Commercial Availability (Grown for the US Market)

Jan
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COLOMBIA
Good
Good
Good
Good
Good
Good
Good
Good
Good
Good
Good
Good
COSTA RICA
Good
Good
Good
Good
Good
Good
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Good
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ECUADOR
Good
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Good
Good
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GUATEMALA
Good
Good
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HONDURAS
Good
Good
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Good
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Green Banana

AKA: Cookers, Cooking Bananas, Guineos Verde (Caribbean)

Description

Green bananas are unripe cavendish-type bananas that have been specially grown and harvested in order to resist the ripening process through the supply chain. They are an important part of Caribbean cooking, especially Puerto Rico and the Dominican Republic, alongside their cousin, the starchy plantain. Green bananas must be cooked before they can be consumed, as they are very starchy. Their flavor is mild, but hearty.

Variety Tips & Tricks

Use green bananas quickly to prevent any unwanted ripening. They can be stored in a warm area of the refrigerator to slow the ripening process. Excellent in hearty Caribbean stews, tostones, and traditional pasteles.

Commercial Availability (Grown for the US Market)

Jan
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Sep
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COLOMBIA
Good
Good
Good
Good
Good
Good
Good
Good
Good
Good
Good
Good
COSTA RICA
Good
Good
Good
Good
Good
Good
Good
Good
Good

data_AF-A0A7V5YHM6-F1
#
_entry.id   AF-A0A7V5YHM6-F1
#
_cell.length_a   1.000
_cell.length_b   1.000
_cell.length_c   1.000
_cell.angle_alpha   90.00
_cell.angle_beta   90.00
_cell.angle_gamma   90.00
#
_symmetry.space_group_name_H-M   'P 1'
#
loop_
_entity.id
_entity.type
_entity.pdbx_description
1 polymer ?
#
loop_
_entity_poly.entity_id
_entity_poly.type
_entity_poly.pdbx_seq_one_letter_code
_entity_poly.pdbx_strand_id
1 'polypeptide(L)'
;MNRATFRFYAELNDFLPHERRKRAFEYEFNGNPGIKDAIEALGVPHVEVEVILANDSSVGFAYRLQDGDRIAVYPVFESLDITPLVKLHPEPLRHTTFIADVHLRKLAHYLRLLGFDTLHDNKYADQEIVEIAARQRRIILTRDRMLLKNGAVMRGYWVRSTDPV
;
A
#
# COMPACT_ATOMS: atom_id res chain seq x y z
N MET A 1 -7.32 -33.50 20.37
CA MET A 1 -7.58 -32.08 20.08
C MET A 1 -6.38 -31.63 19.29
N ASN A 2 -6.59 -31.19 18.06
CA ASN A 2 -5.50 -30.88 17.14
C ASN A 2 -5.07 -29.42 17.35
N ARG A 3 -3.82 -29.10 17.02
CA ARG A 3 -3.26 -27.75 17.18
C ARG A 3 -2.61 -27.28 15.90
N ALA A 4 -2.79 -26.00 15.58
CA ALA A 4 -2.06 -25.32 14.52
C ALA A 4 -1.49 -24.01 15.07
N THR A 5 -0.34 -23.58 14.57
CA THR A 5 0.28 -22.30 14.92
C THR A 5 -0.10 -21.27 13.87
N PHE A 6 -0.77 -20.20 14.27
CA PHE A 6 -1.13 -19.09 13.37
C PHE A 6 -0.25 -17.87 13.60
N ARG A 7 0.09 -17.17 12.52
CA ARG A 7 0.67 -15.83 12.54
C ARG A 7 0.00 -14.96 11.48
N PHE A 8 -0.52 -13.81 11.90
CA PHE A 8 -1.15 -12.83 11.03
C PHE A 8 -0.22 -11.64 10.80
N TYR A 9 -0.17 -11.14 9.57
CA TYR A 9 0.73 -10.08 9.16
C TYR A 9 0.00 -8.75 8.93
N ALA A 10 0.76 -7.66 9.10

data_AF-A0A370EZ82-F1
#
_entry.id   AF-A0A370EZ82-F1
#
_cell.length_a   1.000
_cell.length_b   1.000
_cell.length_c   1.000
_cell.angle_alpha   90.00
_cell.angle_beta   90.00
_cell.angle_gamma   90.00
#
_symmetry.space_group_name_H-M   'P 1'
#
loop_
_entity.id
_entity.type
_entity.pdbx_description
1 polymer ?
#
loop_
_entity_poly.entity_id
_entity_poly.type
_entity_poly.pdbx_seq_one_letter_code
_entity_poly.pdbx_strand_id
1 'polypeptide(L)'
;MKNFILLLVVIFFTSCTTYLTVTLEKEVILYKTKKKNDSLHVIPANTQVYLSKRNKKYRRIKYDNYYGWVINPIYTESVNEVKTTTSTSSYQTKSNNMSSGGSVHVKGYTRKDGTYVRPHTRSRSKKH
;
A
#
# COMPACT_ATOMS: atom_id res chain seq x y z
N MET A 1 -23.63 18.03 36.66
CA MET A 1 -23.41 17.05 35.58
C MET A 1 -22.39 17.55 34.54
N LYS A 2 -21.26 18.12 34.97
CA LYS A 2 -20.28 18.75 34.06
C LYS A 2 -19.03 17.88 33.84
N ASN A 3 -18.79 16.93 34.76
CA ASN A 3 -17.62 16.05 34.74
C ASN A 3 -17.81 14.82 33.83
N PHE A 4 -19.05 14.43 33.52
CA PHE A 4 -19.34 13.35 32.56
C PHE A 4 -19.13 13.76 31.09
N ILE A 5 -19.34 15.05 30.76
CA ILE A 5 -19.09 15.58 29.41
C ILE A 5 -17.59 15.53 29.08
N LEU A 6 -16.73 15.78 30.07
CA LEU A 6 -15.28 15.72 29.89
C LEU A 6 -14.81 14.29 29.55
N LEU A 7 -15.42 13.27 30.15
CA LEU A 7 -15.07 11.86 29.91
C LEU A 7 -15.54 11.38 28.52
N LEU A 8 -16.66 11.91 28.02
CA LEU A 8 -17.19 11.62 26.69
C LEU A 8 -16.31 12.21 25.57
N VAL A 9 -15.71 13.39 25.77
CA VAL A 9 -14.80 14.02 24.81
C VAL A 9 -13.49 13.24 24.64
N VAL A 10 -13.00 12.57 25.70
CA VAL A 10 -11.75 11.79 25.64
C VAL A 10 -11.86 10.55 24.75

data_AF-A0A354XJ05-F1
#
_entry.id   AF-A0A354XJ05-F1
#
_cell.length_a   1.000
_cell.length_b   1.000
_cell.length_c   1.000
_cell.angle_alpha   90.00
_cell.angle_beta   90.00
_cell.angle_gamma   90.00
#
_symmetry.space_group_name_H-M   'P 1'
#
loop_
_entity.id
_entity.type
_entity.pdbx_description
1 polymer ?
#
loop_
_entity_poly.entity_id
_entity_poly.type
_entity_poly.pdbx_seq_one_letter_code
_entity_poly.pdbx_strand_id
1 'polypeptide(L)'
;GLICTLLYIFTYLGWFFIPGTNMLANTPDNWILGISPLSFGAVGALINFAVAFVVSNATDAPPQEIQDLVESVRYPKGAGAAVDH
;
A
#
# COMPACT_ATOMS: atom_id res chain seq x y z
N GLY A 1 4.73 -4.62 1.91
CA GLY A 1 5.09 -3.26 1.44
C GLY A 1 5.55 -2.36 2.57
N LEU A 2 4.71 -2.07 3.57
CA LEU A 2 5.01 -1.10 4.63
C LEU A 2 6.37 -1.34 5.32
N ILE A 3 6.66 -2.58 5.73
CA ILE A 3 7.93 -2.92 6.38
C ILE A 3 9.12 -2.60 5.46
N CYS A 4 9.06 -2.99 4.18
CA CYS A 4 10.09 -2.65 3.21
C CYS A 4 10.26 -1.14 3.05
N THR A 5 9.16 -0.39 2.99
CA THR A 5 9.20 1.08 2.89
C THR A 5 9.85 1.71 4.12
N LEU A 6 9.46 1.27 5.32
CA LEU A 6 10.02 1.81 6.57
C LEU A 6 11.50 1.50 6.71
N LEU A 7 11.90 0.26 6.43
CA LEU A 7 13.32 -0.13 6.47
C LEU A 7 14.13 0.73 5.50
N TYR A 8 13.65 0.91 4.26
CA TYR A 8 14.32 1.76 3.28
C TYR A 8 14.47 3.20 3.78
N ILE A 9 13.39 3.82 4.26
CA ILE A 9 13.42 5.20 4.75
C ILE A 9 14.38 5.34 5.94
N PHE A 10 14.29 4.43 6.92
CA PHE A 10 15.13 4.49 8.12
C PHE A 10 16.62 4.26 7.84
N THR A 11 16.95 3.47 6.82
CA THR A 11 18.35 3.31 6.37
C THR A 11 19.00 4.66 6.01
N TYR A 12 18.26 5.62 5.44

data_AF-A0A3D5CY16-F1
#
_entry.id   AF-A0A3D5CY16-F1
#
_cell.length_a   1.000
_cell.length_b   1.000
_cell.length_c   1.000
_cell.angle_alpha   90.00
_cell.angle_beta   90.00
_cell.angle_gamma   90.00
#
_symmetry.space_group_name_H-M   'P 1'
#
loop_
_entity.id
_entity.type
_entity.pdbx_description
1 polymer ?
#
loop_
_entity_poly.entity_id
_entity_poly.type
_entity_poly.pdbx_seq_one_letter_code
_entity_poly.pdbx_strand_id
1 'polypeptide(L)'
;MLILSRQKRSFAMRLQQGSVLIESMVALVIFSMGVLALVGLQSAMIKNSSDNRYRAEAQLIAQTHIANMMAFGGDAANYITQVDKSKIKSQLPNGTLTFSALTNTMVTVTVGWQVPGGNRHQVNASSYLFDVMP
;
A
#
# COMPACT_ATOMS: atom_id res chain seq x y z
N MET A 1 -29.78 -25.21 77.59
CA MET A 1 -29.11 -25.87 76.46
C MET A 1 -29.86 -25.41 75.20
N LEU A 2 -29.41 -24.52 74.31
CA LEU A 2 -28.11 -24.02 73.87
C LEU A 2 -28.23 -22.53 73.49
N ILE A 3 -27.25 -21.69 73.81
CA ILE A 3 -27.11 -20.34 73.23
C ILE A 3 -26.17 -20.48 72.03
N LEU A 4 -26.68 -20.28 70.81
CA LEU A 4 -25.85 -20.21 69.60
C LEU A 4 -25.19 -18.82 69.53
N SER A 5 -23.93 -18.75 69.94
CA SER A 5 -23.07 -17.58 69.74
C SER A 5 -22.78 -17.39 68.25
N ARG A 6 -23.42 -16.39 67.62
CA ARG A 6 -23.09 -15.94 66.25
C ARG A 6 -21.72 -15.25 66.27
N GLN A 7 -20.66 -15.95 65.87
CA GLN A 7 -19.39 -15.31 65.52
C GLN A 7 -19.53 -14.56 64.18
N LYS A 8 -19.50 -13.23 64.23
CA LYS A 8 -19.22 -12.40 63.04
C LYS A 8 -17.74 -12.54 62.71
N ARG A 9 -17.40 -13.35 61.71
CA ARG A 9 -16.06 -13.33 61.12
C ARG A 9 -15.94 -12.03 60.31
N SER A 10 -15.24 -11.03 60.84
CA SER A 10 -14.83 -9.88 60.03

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ECUADOR
Good
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Good
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GUATEMALA
Good
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HONDURAS
Good
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Good

Manzano Banana

AKA: Latundan, Apple Banana, Silk Banana, Pisang Rastali (Malaysia), Tundan (Phillippines)

Description

The manzano banana is a stubby, thick-skinned, golden yellow fruit that is commonly known as the “apple banana” due to its apple-like aftertaste. It is one of the most popular dessert bananas in the Philippines. This variety is short, plump, and finger-sized. It’s exceptionally sweet and very fragrant.

Variety Tips & Tricks

These small bananas are sweetest when the skin turns completely black, but they can be eaten when 50-100% black.

Commercial Availability (Grown for the US Market)

Jan
Feb
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Sep
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COLOMBIA
Good
Good
Good
Good
Good
Good
Good
Good
Good
Good
Good
Good
ECUADOR
Good
Good
Good
Good
Good
Good
Good
Good
Good
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Good
Good

Red Banana

AKA: Red Dacca, Jamaican Red, Cuban Red, Macaboo

Description

Red bananas are a group of small, plump banana cultivars with deep red skin that is especially popular in the Caribbean and Central America. They are creamy, soft, and very sweet when ripe, with hints of raspberry. Compared to other banana varieties, its flesh is packed with extra vitamin C and beta-carotene, which converts into the essential nutrient, vitamin A.

Variety Tips & Tricks

To tell when red bananas are ripe, wait until the skin darkens to deep burgundy, almost black, and – most importantly – wait until the banana is soft, a bit softer than you would want a cavendish to be.

Commercial Availability (Grown for the US Market)

Jan
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COLOMBIA
Fair
Fair
Fair
Fair
Fair
Fair
Fair
Fair
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Fair
Fair
COSTA RICA
Fair
Fair
Fair
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Fair
Fair
Fair
Fair
Fair
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ECUADOR
Fair
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HONDURAS
Fair
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Thai Banana

AKA: Gluay Naam Waa/Kluay Nam Wah (Thailand), Pisang Awak (Malaysia), Bulkan (Thailand)

Description